Tuesday, December 20, 2005
Clinton Is the Key to Peace in the Middle East
An Israeli visitor, a mid-level government official offers the following scenario that might cure the conflicts in Israel that arose since the election victory of the conservative Likud Party and its Prime Minister Benjamin Netanyahu over the Labor Party, resulting in the government backing away from Israel's withdrawals from the West Bank and the expansion of the limited Palestinian rule in such territories, as agreed by the PLO and the Labor government in the 1993 Oslo treaty. My source maintains that President Clinton is a hero in Israel, and if he were to run for office, 90% of both Labor nad Likud supporters would vote for him. If he were to apply pressure with Netanyahu to complete the current Phase B of the Oslo peace agreement that was being implemented by the Labor government, serious peace talks would resume. Clinton's pressure would also help in the negotiations with Yassir Arafat, President of the Palestinian authority, the rulers of Egypt and Jordan, who supported the Labor government, and the Moslem countries that had changed to a neutral stance while Israel was seriously implementing the Oslo treaty.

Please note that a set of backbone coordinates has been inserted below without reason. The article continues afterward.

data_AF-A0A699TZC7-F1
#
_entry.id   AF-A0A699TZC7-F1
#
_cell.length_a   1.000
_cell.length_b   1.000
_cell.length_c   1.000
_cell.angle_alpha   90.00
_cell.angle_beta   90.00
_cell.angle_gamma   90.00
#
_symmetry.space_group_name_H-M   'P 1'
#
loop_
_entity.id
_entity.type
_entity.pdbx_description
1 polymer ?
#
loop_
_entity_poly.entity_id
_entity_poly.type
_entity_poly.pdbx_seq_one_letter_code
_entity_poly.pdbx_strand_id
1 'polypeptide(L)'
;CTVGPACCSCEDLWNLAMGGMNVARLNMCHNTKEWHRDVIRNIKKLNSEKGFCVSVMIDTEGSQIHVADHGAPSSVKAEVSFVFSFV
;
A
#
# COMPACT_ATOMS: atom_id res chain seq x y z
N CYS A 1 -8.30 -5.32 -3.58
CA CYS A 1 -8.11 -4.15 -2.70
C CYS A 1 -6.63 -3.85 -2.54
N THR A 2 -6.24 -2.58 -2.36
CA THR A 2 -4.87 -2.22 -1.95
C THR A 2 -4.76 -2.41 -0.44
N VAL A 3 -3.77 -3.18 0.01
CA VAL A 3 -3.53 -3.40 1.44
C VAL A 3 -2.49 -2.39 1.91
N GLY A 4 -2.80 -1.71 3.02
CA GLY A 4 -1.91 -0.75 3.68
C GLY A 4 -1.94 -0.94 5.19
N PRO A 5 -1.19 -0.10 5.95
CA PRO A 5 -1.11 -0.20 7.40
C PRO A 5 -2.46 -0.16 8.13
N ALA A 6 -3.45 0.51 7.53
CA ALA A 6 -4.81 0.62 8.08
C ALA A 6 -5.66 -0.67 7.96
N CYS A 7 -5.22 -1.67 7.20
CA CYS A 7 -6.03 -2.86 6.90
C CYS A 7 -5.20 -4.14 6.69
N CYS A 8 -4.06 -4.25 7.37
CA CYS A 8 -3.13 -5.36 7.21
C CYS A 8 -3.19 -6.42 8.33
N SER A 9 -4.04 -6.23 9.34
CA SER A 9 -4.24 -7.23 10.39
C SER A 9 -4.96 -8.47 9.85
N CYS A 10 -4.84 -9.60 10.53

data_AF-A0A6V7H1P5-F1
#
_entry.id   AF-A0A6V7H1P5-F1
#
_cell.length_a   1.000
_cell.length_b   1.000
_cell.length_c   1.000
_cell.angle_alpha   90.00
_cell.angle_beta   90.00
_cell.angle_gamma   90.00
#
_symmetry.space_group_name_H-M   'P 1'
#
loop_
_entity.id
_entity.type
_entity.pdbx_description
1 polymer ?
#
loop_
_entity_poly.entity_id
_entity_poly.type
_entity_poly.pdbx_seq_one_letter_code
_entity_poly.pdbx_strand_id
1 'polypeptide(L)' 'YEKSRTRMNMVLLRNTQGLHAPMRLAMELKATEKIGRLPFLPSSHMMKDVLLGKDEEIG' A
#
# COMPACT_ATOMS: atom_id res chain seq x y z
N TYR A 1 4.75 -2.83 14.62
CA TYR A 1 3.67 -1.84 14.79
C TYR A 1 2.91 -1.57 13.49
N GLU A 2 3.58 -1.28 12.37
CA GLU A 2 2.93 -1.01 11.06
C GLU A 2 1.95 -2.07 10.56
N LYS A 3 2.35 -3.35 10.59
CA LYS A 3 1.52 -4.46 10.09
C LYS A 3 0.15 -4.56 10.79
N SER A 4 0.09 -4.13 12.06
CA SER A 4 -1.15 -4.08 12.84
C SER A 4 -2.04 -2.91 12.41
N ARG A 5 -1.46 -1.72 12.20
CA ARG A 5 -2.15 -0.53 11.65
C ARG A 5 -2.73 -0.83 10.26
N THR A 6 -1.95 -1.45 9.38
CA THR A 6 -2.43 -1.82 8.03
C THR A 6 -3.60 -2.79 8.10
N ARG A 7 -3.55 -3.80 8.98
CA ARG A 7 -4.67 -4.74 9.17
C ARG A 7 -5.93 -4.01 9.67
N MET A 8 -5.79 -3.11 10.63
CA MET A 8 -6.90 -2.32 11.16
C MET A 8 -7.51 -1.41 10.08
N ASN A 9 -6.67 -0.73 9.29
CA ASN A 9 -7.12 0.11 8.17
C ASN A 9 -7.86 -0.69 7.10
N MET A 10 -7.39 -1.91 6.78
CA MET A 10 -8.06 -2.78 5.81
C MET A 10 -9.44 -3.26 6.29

Netanyahu is not as rabid as the right-wing secular religious members of his Likud coalition, and might be able to use the fulcrum of Clinton's pressure with his party-mates to at least perform some symbolic acts of compromise that would show his govenment as continuing the talks in good faith.
Before the elections Clinton did not tackle Netanyahu, for fear of losing Jewish backers in the U.S. Now he will be free to pressure the government coalition. US money and support in the UN and world-wide is an important psychological weapon in keeping Israeli morale up while surrounded by hundreds of millions of Moslems. A threat of diminished support coupled with an honorable plan that would not result in a loss of face for Netanyahu and Israel might sway the Prime Minister.
Phase B of the Oslo agreement involves transfering control in key Arab towns, and the last town on the schedule is Hebron in Judea, a holy place for both Jews and Moslems. Its Cave of Machpelah (the Arab name is Ibrahimye Mosque) is the burial site of the three Patriarchs Abraham (Ibrahim), Isaac and Jacob, who are also Prophets in the Muslim religion, and their spouses, the Matriarchs. Hebron is also the place where in 1929 67 Jews were slaughtered by Arabs, and the sanctuary over the Cave is where the Brooklyn immigrant Dr. Baruch Goldstein shot up and killed over 20 Arabs while they were at prayer during the Ramadan, in February of 1994, in the mad notion that he could renew the war between Jews and Arabs and stop the peace movement.